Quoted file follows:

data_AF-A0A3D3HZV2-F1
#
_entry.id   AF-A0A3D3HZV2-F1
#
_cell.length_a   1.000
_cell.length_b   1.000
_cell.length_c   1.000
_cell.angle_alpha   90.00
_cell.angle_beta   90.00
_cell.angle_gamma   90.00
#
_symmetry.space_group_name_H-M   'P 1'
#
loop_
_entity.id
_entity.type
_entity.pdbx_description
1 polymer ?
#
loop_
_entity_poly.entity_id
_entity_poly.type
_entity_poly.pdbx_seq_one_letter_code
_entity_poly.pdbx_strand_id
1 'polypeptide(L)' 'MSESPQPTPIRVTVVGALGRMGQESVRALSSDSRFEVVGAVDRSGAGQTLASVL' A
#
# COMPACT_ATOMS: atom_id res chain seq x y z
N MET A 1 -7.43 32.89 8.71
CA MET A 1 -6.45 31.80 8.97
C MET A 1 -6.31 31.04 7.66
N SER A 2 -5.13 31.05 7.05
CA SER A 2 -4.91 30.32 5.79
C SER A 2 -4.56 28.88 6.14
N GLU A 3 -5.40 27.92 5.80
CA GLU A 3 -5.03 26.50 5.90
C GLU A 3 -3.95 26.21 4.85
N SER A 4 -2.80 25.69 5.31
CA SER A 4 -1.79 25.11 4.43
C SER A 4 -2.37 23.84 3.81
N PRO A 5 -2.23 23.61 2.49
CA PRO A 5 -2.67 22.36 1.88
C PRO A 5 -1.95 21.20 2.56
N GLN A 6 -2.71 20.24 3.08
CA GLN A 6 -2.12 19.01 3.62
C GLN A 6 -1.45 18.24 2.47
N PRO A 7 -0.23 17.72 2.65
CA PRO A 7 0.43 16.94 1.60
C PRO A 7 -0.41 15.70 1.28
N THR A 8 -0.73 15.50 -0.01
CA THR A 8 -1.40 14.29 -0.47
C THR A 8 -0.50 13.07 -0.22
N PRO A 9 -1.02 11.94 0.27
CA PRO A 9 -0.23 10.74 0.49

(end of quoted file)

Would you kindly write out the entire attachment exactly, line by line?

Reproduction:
data_AF-A0A3D3HZV2-F1
#
_entry.id   AF-A0A3D3HZV2-F1
#
_cell.length_a   1.000
_cell.length_b   1.000
_cell.length_c   1.000
_cell.angle_alpha   90.00
_cell.angle_beta   90.00
_cell.angle_gamma   90.00
#
_symmetry.space_group_name_H-M   'P 1'
#
loop_
_entity.id
_entity.type
_entity.pdbx_description
1 polymer ?
#
loop_
_entity_poly.entity_id
_entity_poly.type
_entity_poly.pdbx_seq_one_letter_code
_entity_poly.pdbx_strand_id
1 'polypeptide(L)' 'MSESPQPTPIRVTVVGALGRMGQESVRALSSDSRFEVVGAVDRSGAGQTLASVL' A
#
# COMPACT_ATOMS: atom_id res chain seq x y z
N MET A 1 -7.43 32.89 8.71
CA MET A 1 -6.45 31.80 8.97
C MET A 1 -6.31 31.04 7.66
N SER A 2 -5.13 31.05 7.05
CA SER A 2 -4.91 30.32 5.79
C SER A 2 -4.56 28.88 6.14
N GLU A 3 -5.40 27.92 5.80
CA GLU A 3 -5.03 26.50 5.90
C GLU A 3 -3.95 26.21 4.85
N SER A 4 -2.80 25.69 5.31
CA SER A 4 -1.79 25.11 4.43
C SER A 4 -2.37 23.84 3.81
N PRO A 5 -2.23 23.61 2.49
CA PRO A 5 -2.67 22.36 1.88
C PRO A 5 -1.95 21.20 2.56
N GLN A 6 -2.71 20.24 3.08
CA GLN A 6 -2.12 19.01 3.62
C GLN A 6 -1.45 18.24 2.47
N PRO A 7 -0.23 17.72 2.65
CA PRO A 7 0.43 16.94 1.60
C PRO A 7 -0.41 15.70 1.28
N THR A 8 -0.73 15.50 -0.01
CA THR A 8 -1.40 14.29 -0.47
C THR A 8 -0.50 13.07 -0.22
N PRO A 9 -1.02 11.94 0.27
CA PRO A 9 -0.23 10.74 0.49